One of my most memorable classroom experiences occurred during 9th grade English Literature. English Lit involved lots of discussion questions and lots of reading, both at home and aloud in class. On one particular day, my teacher (let’s call her Mrs. Portfield) pulled me aside and put a sheet of paper in my hand. Mrs. Portfield told me that when it was my turn to read aloud, she wanted me to read what was on the paper instead of the textbook. I don’t remember what we were reading in class that day- maybe Beowulf or some such story- but when my turn came, I began to read aloud the words printed on paper:
“And so even though we face the difficulties of today and tomorrow, I still have a dream. It is a dream deeply rooted in the American dream…”
It was Martin Luther King’s oratorical masterpiece, his ‘I Have a Dream’ speech. By the time I was finished, the palms of my hands and underarms were drenched with sweat. The only sound in the room was my racing heart. I was so nervous, I refused to lift my head to look at my classmates. But I couldn’t help wondering what they were thinking and what they might say.
Fortunately, she broke the silence. “What Michael just read is from a speech by Martin Luther King, Jr.,” My galloping heart gradually slowed. “Does anyone know what this speech is about?” And so began a discussion on the life of Martin Luther King.
I don’t know why she chose me to read the ‘Dream’ speech. Perhaps it was because I was one of the few Black students in her class, or maybe because I was one of the better readers in the room. I’ll never know. But the experience stayed with me for days afterward. For a moment, I was more than a student reading a speech for his classmates written by Martin Luther King. For a single moment in the life of a high school teenager, I was Martin Luther King.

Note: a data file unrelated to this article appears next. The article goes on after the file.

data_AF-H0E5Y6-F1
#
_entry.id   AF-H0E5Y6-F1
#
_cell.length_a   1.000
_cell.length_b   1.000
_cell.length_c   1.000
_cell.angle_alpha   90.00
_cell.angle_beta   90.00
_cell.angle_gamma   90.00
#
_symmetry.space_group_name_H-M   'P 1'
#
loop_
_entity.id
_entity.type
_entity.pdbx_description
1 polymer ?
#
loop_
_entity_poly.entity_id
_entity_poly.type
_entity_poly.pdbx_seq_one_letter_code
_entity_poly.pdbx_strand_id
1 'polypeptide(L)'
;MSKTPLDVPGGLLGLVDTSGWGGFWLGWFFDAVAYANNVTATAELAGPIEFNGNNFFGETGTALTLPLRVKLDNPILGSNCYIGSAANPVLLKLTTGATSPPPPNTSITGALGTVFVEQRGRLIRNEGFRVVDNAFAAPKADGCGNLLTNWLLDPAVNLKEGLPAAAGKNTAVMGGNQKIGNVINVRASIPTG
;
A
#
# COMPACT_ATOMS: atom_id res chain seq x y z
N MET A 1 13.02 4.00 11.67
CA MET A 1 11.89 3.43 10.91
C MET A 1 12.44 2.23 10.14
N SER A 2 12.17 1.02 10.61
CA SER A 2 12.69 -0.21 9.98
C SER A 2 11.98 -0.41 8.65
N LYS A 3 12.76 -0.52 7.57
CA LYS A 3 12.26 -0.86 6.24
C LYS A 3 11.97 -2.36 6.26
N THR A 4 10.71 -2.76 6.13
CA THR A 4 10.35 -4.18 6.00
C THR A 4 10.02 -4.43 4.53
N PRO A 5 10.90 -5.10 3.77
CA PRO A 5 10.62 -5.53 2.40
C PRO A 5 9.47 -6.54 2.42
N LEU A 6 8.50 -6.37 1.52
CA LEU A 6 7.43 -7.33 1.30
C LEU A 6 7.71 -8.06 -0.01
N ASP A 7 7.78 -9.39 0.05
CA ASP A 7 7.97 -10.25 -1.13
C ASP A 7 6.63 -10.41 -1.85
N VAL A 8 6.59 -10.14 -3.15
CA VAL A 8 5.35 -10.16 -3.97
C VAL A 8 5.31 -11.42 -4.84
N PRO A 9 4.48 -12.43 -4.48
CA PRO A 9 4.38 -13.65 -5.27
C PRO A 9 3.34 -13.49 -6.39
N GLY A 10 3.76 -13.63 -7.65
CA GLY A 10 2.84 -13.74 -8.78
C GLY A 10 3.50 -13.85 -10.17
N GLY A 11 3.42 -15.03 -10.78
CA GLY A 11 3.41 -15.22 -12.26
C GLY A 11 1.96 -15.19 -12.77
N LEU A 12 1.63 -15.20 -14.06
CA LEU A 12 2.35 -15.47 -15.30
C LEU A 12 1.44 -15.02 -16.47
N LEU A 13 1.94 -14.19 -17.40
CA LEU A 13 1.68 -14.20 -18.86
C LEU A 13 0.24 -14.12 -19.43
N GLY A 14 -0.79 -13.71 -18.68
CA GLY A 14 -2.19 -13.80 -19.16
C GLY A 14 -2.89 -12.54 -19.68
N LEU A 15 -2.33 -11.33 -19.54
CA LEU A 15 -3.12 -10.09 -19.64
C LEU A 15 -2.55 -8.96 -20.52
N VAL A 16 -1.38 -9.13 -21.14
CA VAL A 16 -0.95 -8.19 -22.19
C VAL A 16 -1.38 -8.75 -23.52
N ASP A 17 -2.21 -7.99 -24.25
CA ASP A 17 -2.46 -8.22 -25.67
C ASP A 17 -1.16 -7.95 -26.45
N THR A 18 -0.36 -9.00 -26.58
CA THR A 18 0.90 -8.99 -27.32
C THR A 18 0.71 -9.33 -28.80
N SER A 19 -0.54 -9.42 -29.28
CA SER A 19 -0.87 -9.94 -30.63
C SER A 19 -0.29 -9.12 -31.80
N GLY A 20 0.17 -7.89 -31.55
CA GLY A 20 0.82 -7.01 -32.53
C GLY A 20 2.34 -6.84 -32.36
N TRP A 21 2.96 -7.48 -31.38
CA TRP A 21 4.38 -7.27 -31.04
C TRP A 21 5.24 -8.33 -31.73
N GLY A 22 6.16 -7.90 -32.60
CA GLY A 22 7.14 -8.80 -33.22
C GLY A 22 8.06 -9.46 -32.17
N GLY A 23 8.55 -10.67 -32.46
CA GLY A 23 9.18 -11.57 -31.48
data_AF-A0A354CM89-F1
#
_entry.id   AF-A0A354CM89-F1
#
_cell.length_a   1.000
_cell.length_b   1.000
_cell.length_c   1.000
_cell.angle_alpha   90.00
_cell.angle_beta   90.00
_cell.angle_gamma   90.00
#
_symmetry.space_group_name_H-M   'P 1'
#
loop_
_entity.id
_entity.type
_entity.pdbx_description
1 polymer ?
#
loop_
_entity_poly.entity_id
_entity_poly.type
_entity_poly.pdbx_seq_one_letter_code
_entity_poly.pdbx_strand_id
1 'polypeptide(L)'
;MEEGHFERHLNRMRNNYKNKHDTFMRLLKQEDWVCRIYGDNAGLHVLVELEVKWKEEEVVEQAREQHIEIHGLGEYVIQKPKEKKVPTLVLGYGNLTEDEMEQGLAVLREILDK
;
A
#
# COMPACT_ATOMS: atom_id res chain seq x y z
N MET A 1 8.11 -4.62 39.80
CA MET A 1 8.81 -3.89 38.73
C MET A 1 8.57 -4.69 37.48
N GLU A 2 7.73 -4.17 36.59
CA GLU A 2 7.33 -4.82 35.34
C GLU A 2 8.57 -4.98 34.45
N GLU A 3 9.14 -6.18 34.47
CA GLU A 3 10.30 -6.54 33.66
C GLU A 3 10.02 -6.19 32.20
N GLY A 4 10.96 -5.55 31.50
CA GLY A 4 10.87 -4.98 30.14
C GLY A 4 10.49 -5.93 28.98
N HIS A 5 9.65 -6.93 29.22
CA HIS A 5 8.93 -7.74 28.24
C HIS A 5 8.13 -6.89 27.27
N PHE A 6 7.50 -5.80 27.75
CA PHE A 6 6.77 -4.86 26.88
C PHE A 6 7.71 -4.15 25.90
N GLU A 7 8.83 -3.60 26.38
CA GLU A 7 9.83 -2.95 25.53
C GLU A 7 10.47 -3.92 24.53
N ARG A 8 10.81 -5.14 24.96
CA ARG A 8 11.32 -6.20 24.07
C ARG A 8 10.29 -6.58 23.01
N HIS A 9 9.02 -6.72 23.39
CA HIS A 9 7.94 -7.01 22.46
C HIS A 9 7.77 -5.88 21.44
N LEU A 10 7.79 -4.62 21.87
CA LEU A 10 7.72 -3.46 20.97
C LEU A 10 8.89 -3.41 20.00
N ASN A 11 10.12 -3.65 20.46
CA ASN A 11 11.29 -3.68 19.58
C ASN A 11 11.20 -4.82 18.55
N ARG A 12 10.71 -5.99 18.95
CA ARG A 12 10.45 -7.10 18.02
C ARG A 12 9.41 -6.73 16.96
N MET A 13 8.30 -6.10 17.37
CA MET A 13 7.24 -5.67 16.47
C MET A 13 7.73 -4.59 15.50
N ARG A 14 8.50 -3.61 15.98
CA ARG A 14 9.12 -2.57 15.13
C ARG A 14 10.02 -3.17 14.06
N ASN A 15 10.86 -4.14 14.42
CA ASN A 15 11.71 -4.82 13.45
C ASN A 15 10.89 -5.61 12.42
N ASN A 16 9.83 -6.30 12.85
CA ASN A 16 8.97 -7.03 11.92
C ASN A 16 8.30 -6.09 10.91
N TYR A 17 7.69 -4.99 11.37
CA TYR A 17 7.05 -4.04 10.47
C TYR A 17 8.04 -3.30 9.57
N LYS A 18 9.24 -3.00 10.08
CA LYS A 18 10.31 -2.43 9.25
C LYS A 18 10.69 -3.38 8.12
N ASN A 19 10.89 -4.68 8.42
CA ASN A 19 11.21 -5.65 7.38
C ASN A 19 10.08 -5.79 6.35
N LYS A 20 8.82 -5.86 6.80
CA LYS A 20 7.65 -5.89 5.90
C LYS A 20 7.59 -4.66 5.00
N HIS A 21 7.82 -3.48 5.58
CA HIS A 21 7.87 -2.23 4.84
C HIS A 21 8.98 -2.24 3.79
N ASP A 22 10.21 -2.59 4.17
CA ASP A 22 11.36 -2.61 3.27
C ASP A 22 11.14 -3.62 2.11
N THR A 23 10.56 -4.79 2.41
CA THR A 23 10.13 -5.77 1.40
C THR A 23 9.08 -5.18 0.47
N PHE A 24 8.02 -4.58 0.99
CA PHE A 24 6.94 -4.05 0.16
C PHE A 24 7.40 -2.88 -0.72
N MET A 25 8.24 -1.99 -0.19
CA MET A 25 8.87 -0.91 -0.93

Throughout my life there have been teachers, both within the halls of school and on the roads of life. The most important lesson they’ve imparted? That one person really can make a difference.
I believe that there are moments where time and destiny hang in the balance, when the right person at just the right time can nudge another to unflinchingly contemplate endless possibilities, even greatness itself. This is territory teachers like Mrs. Portfield walk every day.
I have been challenged, supported, criticized and encouraged by my teachers. My curiosity has been piqued, my imagination ignited, and I have been pushed to reach for the stars.
Teachers have an awesome power and responsibility to shape the minds of their students in ways that go beyond textbooks and homework assignments. They help us to see what is and what could be, especially for ourselves.
I believe in the power of teachers and in the magic of teachable moments.
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